Shakespeare Seeks a Silo

If you build a theater in the round, they will come. Even if you build it inside a grain silo.

Dave Harlan didn't see an eyesore in Moscow's grain silos. He saw potential. - ALICIA CARLSON
Alicia Carlson
Dave Harlan didn't see an eyesore in Moscow's grain silos. He saw potential.

What kind of theater do you build inside a grain silo? A theater in the round, of course.

Right downtown, Moscow has seven silos that have fallen into disuse. While driving by, some residents — admit it, now — may have made mental complaints about eyesores. But developer John Anderson and theater impresario Dave Harlan saw potential for a different kind of recycling: Why not turn the giant cylinders into big circular spaces for shops, studios and a theater?

Three months ago, the largest of the silos, “Tank 41,” was just a barren, industrial workspace sorely in need of a good sweeping-out. Now Harlan has made it into a home for his new venture, Moscow Art Theater Too.

And as if delivering his first production inside a giant tin can wasn’t enough of an attention-getter, Harlan’s going to open his new theater with a Shakespeare production — one with an all-female cast.

As the artistic director of the theater and the director of this show, Harlan decided on doing The Tempest. Which local actors could portray characters like the play’s wizard and central character, Prospero, who journeys toward forgiveness, and the play’s villain, Antonio, who moves away from it? The answer he kept getting involved women he’d worked with in the University of Idaho’s theater department, where Harlan recently earned a dual-emphasis MFA in directing and playwriting.

The grain silo before construction began

Soon he had a dozen women in his production and was asking them “to become men — to embody characters who can be called male.” The male pronouns will remain, and Prospero-Miranda will be portrayed not as a mother-daughter but as a father-daughter relationship.

Harlan’s cast also has that unusual environment to play with.

“The silo is the 13th character in the play,” Harlan says. “Its battered walls and chipped green paint and odd welding marks from when it was used as a silo — all of that will be visible and will be part of our production. The design will be very rough and simple.” Inside the Tank, the production will feature just three small platforms, with 160 seats encircling a theater-in-the-round playing area. Four aisles will enable the always-visible actors to “enter” and go “just out of focus.”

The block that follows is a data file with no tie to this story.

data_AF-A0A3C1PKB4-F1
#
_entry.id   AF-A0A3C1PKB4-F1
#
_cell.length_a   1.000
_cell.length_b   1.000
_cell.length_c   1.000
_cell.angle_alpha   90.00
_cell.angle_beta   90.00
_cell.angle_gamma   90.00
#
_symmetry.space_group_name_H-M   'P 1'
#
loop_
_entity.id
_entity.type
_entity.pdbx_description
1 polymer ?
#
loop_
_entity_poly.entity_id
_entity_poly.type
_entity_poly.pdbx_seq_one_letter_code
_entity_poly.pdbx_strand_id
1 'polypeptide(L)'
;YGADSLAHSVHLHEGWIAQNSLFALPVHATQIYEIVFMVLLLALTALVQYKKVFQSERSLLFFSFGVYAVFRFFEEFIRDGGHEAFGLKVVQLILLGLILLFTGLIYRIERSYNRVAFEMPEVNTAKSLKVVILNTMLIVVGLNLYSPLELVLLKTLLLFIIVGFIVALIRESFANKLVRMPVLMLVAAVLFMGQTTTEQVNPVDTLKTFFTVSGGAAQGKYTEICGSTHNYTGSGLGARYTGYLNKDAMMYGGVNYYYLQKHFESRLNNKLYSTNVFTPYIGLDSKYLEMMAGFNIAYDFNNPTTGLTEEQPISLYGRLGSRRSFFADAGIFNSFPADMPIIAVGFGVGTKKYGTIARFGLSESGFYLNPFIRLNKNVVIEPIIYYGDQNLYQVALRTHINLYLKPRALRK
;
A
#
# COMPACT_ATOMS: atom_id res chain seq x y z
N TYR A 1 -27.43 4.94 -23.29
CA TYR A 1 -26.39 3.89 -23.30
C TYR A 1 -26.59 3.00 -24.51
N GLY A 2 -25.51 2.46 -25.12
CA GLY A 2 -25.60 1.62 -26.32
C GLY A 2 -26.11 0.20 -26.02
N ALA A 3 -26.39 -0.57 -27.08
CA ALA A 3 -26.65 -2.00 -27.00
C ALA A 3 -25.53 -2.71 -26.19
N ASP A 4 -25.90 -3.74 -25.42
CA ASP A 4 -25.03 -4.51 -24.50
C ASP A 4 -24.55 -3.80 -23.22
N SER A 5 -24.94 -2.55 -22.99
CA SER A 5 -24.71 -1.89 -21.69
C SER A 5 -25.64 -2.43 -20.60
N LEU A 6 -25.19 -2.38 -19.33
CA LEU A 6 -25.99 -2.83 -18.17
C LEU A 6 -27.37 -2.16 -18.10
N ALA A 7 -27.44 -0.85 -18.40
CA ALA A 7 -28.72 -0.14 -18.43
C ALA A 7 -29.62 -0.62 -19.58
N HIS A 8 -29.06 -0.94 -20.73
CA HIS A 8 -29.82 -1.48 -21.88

As for amenities, the dressing room is a tent out back, the “lobby” is a paved apron out front, and the “restrooms” are portapotties. “It’ll be like an outdoor theater experience,” Harlan says.

And inside a hundred-foot-tall steel cylinder, you can imagine the echoes. So Harlan has draped 1,600 square feet of canvas overhead to dampen the reverb. He calls the canvas his theater’s “sky,” saying that “without the canvas, the echo is horrible — with it, it’s manageable.”

In the case of a play called The Tempest, however, that could just be an advantage. Thunder-and-rain sound effects will resonate ominously. And when Prospero pounds her/his magic staff on the floor, the echoes will swirl overhead, overhead, overhead.

With two universities nearby, Moscow Art Theatre Too has a built-in audience. “But I’ve been telling people that with any theater, you also create a market, to a certain extent,” Harlan says. “For this first show, we’ll probably get smaller audiences than we otherwise might. But we’ll get people in here — some will come just out of curiosity about this space. But then we’ll show them our hearts. I don’t want to get too lofty about this, but we plan to tell them a story that’s interesting and moving and entertaining. After that first time, they’ll bring their friends. And that’s how you create a market.”

“I’m not doing this for financial gain, but then everybody says that,” Harlan continues. Over the phone, he sighs noticeably before waxing idealistic. “You could make me sound crazy, but ... I’m doing this because I want to give something — through this story and my collaboration with these women — to the audience and the community,” he says.

He has an ambitious vision: “In the long term, I’d like to make this a lower-class Equity theater,” he says. “In the short term, I’d like to build a very serious theater company, and begin to pay actors, and bring people in to play specific roles.

“I have the means personally to start a theater at this point, so I just wanted to try.”

Meanwhile, that industrial floor is all swept out, the canvas “sky” and all the lights are hung, and those seats on the risers are waiting. All that Moscow residents have to do now is show up and see what this theater-in-a-silo thing is all about.

Moscow Art Theatre Too presents The Tempest • Aug. 25-28, Thurs-Sat 7:30 pm, Sun 2 pm • $12; $15, at the door; $20, opening night only • Tank 41 • Sixth St. and Jackson St., Moscow, Idaho • • (503) 756-6754


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About The Author

Michael Bowen

Michael Bowen is a former senior writer for The Inlander and a respected local theater critic. He also covers literature, jazz and classical music, and art, among other things.